Clivus Compost – usually 1 or 2 bushels per composter per year after the first five years of operation; remove with a shovel:

  1. Haul by bucket, wheelbarrow, wagon, or truck to the use site;
  2. Spread around ornamental vegetation, or rake into the lawn, or till into garden or field;
  3. Do NOT apply thick as you would a mulch because salt burning may result; for top dressing do not exceed a one-half inch thick layer; for incorporating into the top 6 inches of soil do not exceed a one inch thick layer.
  4. As with any fertilizer or organic matter, do NOT ingest Clivus compost and wash contacted areas when done.

Clivus Liquid Fertilizer – estimate 300 gallons per composter per year with at least 3 months storage capacity; remove by pump:

  1. Spreading techniques include:
    1. By garden hose with coarse, non-misting nozzle
    2. By non-clogging, non-misting sprinkler, moved occasionally as needed
    3. By drip line or coarse spray from a tank wagon or truck
    4. By injection into an irrigation system
  1. Must be applied over the root zone of any vegetation.
  2. The application rate that assures complete nitrogen uptake for native grasses (or lawn) is 1 gallon per 4 square feet per year (1,200 square feet, or 30 feet by 40 feet, for 300 gallons).
  3. Heavier loading rates are possible on vegetation known to absorb more nitrogen (see the local Nutrient Management Consultant, Agricultural Extension Service; the N-P-K fertilizer value is less than 1-1-1).
  4. Several light applications to the same area per year are usually necessary to avoid run-off.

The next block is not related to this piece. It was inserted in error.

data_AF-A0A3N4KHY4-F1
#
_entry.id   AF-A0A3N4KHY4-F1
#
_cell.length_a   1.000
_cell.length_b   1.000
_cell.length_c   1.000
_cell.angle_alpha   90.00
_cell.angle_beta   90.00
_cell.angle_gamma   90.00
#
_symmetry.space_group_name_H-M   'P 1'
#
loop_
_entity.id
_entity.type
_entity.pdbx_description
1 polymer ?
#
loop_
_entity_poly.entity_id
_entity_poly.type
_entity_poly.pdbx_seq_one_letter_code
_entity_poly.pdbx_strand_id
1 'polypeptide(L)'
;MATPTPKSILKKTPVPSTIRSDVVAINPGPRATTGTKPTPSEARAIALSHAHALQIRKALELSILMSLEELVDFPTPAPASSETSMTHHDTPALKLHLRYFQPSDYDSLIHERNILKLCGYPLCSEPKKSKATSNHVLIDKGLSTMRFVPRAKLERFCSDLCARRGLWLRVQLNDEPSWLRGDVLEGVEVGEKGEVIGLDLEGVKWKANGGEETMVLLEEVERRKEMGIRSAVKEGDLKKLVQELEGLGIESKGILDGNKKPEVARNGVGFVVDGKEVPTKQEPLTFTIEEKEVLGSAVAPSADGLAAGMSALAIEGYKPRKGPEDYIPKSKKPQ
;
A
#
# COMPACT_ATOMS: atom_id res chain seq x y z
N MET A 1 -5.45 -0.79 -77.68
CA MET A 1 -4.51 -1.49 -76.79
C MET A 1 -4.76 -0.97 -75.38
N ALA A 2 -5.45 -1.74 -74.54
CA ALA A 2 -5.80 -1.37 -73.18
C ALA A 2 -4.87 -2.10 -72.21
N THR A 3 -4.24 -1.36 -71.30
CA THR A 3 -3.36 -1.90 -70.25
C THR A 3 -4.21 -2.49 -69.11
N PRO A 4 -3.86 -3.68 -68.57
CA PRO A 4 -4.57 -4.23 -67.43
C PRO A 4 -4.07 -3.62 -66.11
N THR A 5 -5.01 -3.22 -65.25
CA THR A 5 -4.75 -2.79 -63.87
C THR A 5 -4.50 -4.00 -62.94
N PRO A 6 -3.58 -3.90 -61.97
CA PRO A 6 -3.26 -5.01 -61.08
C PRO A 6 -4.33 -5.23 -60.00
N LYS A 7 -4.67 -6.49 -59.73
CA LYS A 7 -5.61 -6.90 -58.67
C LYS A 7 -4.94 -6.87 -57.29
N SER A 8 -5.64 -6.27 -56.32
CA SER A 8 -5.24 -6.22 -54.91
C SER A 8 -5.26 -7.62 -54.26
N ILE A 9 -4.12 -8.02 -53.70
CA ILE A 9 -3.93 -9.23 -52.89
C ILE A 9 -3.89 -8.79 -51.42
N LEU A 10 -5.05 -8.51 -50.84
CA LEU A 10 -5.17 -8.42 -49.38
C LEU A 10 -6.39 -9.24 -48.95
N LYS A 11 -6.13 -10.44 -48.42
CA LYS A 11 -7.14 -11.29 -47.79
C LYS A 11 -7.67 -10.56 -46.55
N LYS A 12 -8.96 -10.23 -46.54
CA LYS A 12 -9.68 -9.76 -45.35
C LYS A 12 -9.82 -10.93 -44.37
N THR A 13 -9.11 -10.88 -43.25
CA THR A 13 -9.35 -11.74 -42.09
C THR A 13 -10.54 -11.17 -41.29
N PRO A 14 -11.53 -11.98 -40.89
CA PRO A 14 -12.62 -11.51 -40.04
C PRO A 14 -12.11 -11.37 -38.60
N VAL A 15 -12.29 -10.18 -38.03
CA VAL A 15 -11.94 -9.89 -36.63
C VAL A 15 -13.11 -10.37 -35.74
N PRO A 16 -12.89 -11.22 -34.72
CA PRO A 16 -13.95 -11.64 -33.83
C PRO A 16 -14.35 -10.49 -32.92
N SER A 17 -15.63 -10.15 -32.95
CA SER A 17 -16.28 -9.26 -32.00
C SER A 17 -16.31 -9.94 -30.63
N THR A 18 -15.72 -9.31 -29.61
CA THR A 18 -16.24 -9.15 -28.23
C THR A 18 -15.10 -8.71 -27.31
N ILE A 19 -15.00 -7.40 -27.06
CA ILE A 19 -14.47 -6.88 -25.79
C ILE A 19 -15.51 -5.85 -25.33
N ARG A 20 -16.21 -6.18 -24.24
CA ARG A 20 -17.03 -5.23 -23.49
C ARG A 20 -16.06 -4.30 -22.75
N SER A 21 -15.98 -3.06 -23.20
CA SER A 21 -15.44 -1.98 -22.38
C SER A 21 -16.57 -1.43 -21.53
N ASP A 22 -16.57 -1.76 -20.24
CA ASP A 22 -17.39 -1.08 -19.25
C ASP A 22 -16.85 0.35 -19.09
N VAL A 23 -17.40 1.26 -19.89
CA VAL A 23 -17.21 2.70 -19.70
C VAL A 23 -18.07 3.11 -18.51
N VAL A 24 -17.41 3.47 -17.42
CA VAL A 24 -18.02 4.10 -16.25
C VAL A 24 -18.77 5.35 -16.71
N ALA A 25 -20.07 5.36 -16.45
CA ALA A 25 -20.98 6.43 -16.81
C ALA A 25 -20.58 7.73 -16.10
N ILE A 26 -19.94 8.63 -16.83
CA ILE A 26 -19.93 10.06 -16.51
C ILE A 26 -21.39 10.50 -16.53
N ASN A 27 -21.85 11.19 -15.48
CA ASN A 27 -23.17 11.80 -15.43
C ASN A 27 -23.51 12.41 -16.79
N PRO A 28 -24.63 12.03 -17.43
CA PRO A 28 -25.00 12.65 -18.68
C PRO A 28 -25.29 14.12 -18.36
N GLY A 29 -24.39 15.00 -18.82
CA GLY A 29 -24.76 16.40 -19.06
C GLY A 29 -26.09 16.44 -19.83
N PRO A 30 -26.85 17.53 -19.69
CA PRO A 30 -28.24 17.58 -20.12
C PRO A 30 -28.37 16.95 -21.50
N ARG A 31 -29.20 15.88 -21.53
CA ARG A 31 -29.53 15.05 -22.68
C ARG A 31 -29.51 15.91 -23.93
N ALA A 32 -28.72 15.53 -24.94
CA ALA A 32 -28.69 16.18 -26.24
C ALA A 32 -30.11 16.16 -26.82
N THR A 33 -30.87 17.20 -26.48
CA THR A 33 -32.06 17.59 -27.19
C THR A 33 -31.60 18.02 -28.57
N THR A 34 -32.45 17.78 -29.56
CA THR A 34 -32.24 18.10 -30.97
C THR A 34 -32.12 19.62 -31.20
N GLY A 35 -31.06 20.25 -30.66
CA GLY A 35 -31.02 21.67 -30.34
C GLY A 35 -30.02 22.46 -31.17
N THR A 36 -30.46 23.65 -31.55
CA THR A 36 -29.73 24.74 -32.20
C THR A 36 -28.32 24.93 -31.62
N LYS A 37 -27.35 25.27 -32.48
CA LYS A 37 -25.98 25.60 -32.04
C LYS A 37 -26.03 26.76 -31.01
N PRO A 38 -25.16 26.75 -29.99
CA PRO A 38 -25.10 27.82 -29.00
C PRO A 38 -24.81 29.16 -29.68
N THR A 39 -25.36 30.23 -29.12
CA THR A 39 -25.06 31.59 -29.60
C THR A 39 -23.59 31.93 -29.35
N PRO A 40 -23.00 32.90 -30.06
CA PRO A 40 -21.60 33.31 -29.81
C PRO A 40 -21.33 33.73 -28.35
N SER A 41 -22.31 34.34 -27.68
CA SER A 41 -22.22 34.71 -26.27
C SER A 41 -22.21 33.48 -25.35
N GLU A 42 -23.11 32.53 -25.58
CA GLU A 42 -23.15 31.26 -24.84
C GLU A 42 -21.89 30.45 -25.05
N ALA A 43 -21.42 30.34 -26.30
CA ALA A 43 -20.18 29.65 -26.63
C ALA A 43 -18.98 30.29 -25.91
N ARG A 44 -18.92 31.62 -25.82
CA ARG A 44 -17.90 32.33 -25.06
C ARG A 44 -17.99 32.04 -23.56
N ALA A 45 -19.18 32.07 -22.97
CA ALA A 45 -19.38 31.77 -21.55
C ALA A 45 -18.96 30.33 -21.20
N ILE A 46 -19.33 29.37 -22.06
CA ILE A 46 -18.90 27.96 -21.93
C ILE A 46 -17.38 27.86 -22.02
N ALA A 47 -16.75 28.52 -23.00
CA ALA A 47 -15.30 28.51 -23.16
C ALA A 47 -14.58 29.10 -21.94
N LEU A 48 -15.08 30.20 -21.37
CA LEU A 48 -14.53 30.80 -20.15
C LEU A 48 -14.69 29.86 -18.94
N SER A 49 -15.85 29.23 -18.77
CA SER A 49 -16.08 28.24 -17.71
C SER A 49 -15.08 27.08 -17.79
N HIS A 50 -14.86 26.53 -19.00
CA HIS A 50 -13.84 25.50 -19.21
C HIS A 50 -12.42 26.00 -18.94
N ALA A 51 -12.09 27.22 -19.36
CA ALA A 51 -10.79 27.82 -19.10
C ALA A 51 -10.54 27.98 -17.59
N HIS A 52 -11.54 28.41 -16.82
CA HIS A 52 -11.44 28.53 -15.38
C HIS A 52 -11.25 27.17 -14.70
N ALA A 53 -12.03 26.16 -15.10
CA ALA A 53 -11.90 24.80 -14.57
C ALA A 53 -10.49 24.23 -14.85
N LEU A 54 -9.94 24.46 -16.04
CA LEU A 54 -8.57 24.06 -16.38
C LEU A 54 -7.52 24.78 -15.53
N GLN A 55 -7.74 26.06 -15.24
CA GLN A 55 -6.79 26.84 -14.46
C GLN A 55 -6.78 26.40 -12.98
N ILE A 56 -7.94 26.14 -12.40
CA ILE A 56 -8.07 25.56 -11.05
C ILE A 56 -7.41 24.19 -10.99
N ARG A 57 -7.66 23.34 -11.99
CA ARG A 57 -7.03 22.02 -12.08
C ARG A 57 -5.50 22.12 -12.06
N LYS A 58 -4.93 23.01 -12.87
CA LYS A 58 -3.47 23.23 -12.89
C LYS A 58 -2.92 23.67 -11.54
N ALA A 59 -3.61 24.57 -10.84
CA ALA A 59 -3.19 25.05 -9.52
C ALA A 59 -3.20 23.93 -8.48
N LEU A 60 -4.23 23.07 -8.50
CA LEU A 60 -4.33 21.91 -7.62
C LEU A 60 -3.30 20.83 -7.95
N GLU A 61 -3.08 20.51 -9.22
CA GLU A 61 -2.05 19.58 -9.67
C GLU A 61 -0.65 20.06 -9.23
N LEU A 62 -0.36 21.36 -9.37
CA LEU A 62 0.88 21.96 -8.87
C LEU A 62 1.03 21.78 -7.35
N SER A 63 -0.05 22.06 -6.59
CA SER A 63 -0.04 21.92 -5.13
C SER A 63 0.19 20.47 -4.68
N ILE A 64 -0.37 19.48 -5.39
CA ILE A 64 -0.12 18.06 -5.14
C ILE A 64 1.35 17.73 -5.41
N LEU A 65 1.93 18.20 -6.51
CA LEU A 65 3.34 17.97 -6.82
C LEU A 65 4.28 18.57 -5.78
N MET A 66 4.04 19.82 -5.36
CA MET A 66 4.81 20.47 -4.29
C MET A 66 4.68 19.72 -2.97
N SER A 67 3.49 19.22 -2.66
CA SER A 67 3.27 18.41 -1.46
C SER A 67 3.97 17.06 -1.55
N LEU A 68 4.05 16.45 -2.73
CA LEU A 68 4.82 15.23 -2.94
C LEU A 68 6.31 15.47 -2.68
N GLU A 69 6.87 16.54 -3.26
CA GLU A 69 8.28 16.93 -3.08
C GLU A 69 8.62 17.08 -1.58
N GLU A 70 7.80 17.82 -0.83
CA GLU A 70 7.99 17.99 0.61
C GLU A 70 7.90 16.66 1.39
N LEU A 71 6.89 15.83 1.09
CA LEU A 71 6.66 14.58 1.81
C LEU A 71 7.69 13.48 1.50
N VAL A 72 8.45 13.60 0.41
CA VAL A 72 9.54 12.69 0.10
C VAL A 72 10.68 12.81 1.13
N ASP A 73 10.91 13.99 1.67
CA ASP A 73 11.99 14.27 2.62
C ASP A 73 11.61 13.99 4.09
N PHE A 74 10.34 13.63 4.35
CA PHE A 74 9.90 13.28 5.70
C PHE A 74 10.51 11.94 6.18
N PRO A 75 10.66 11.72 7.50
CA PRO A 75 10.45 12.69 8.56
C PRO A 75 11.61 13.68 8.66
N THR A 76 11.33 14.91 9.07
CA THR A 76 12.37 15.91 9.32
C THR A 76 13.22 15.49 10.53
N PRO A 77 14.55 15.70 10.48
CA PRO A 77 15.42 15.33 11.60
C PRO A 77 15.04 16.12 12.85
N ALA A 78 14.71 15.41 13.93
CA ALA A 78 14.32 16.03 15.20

5. Do NOT fertilize: over bare soil (no root zone); when soil is saturated or frozen (to avoid run-off); within 5 feet of bodies of water, wells or property lines; any edible vegetation within two weeks of harvest.
  6. As with any fertilizer, do NOT ingest Clivus Liquid Fertilizer and wash contacted areas when done.
  7. Do NOT allow other humans or pets to contact Clivus Liquid Fertilizer or the application area until after the vegetation is dry.
  8. The Maryland Department of the Environment, Groundwater Discharge Permit for the use of Clivus Liquid Fertilizer, currently required for all sites in Maryland, may impose additional conditions.
  9. Specify storage tanks, valves, fittings, hoses, hose reels, etc., as needed.

Spreading Methods

Clivus Liquid Fertilizer is spread by:

Impulse Sprayer
(garden cover crop, Lewis Mill, Jefferson, MD)

Bumper Drip Line
(lawn, Sugarloaf Citizens Association, Dickerson, MD)

(garden crop, Lewis Mill, Jefferson, MD)

Tank Wagon
(corn crop, Bar-T Mountainside Camp, Urbana, MD)

(chestnut plantation, ThorpeWood, Thurmont, MD)

Clivus Compost is removed by shovel and transported by:

(ThorpeWood, Thurmont, MD)
(I-270 Truck Weigh Station, Clarksburg, MD)

(White Plains Post Office, White Plains, MD)

Compost is used by:

Raking into the lawn
(Frederick Golf Club, Frederick, MD)

Side dressing ornamental vegetation
(Lilypons Water Gardens, Lilypons, MD)

Compost can also be tilled into crop soil or spread in the woods. All applications of Clivus Liquid Fertilizer and Clivus Compost are over a root zone so that the nutrients are used instead of being wasted or causing pollution. See Benefits of Nutrient Recycling.

For more details on spreading methods, see See Guidelines For Nutrient Recycling above.